activation. The Journal of Immunology, 2008, 181: 4840–4851.
grams that promote proliferation and the gain of effector function.
Cytosolic adapter proteins and enzymes control the initiation and
transmission of these TCR-specific signals (1–3). One key adapter,
the linker for activated T cells (LAT),4is rapidly tyrosine phos-
phorylated following TCR stimulation and provides docking sites
for the Src homology 2 domain-containing leukocyte-specific
aive T cells respond to Ag engagement of the TCR by
rapidly increasing the functional activity of their integrin
adhesion receptors, and by initiating molecular pro-
phosphoprotein of 76 kDa (SLP-76) and phospholipase C (PLC-
?1) (4). These proteins are critical for proximal signals generated
by the TCR, as loss of LAT or SLP-76 expression severely disrupts
T cell development (5–7). In contrast, disruption of proteins down-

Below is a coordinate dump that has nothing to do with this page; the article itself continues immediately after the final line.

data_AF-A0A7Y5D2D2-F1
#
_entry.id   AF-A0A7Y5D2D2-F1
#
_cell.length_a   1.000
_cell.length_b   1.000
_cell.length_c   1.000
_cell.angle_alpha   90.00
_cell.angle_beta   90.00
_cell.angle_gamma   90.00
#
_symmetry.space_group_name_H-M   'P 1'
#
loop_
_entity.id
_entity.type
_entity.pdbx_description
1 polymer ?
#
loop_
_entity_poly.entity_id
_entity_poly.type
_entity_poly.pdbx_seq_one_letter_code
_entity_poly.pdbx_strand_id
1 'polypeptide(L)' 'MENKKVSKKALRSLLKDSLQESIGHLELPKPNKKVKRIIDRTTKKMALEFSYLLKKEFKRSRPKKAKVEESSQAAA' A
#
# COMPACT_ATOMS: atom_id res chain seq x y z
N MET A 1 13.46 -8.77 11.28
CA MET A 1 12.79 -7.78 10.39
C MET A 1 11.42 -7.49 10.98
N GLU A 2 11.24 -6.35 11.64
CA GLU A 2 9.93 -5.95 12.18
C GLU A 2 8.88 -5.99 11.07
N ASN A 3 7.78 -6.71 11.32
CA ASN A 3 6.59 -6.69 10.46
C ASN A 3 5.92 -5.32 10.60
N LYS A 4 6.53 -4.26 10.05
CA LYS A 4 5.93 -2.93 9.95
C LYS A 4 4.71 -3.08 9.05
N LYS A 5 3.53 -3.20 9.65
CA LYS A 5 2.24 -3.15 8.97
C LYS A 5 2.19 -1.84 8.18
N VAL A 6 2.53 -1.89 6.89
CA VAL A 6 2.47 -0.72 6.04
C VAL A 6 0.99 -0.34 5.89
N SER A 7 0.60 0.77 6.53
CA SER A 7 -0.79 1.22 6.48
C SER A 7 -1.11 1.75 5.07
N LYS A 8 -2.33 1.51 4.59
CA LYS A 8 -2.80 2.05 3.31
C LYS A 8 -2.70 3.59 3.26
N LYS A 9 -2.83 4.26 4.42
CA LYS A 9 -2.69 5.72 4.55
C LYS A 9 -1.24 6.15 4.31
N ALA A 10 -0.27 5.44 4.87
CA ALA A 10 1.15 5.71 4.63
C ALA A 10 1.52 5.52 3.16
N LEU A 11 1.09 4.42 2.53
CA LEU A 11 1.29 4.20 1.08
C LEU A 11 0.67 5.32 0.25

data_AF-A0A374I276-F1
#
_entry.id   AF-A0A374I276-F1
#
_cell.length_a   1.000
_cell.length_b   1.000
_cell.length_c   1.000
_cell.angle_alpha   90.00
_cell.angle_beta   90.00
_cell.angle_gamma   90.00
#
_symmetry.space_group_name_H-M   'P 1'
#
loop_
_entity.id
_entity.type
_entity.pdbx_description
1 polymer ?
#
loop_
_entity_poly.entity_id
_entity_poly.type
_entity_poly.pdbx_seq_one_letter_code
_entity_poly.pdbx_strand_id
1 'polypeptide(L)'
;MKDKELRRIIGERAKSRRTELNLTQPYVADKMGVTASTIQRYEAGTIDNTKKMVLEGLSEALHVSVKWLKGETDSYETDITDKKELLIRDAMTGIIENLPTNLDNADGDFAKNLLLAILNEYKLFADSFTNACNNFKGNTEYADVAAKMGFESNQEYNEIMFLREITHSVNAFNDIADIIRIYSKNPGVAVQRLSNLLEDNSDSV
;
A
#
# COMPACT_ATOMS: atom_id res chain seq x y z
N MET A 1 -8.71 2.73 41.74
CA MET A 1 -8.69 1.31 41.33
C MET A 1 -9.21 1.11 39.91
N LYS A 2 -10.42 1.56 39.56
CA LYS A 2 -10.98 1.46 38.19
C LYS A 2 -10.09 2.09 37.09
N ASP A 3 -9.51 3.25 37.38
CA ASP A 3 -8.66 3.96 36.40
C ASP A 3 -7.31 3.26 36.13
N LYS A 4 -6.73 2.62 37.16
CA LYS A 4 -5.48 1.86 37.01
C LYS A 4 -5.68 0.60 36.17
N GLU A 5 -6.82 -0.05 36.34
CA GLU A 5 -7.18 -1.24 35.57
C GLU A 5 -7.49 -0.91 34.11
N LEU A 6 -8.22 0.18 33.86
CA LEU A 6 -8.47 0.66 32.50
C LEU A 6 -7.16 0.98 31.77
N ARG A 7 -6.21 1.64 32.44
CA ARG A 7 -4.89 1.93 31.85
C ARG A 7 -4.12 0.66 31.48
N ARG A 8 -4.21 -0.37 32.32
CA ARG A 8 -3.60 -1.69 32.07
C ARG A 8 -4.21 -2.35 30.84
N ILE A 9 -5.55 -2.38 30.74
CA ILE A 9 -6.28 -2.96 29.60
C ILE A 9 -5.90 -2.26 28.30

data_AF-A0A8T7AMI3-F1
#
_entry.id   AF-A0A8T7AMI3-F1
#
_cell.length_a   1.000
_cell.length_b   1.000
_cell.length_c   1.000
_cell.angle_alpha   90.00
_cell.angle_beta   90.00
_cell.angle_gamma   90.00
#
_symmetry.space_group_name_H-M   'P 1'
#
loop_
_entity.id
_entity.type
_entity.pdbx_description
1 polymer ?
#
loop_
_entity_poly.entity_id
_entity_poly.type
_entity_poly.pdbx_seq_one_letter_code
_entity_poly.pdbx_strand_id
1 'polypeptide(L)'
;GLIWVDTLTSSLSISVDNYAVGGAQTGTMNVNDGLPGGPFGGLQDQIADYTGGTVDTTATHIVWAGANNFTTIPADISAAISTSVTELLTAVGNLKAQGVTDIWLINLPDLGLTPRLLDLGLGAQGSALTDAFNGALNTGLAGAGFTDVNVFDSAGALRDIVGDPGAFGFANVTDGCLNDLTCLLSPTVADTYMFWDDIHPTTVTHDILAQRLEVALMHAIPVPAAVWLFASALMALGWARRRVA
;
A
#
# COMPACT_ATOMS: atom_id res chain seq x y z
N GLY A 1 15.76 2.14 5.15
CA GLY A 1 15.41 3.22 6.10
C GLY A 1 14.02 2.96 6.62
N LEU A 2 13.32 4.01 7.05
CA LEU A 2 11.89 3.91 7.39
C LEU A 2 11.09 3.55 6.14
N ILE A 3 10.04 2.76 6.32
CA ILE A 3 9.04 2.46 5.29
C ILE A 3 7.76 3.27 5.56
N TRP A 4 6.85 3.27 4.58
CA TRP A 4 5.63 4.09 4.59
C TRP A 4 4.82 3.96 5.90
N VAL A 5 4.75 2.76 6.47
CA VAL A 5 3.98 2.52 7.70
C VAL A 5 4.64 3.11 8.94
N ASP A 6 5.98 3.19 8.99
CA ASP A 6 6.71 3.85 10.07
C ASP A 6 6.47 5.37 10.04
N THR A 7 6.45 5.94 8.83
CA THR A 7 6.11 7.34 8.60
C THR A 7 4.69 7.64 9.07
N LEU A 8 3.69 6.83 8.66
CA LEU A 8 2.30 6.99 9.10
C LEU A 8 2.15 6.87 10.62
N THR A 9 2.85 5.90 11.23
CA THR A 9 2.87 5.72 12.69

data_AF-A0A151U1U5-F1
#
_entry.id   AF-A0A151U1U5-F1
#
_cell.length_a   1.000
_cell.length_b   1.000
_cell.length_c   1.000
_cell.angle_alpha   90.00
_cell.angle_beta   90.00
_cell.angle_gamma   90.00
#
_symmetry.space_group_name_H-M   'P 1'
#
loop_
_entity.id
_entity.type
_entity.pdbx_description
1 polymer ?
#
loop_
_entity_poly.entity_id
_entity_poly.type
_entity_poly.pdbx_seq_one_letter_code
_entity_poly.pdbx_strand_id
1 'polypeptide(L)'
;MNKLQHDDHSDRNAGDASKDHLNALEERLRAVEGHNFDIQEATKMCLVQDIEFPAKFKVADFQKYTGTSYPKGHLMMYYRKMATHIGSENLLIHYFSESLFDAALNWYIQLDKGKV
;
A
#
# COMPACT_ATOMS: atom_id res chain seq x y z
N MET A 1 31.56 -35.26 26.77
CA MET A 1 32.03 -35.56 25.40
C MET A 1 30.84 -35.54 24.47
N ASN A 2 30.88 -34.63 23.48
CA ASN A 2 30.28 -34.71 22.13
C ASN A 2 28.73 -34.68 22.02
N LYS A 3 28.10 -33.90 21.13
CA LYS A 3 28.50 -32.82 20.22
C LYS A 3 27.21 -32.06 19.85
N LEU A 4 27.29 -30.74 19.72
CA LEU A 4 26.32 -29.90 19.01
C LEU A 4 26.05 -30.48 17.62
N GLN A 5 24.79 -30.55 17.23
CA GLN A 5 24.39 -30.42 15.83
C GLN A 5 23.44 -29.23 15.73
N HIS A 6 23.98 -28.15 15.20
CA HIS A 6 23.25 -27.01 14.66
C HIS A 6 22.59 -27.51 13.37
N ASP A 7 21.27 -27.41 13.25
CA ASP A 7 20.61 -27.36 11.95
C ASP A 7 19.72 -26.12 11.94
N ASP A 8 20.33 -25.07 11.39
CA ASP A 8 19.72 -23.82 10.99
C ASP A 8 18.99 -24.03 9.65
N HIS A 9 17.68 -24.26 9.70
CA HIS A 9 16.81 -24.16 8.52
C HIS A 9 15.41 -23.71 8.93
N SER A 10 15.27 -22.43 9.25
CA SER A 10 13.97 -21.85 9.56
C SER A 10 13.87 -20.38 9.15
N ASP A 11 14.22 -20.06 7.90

stream of the LAT signalosome results in more selective defects in
T cell activation.
Adhesion and degranulation promoting adapter protein (ADAP;
formerly known as Fyb or SLAP-130) is expressed by T cells and
other hematopoietic lineages except B cells. ADAP was originally
identified by its TCR-dependent tyrosine phosphorylation and in-
teraction with SLP-76 and the tyrosine kinase Fyn (8, 9). Like
other adapters, ADAP contains a number of protein-protein and
protein-lipid interaction domains (1, 10, 11). The C terminus of
ADAP contains several tyrosine residues that are involved in TCR-
dependent binding to SLP-76 and Fyn (12–14), as well as FPPP
domains that have been implicated in interaction with the Ena/
Vasp family of actin regulatory proteins (15). A central proline-
rich domain between aa 326–426 of murine ADAP constitutively
binds the Src homology 3 (SH3) domain of another adapter,
SKAP55 (Src kinase-associated phosphoprotein of 55 kDa) (16–
18). Immediately adjacent to this domain, aa 426–541 in ADAP con-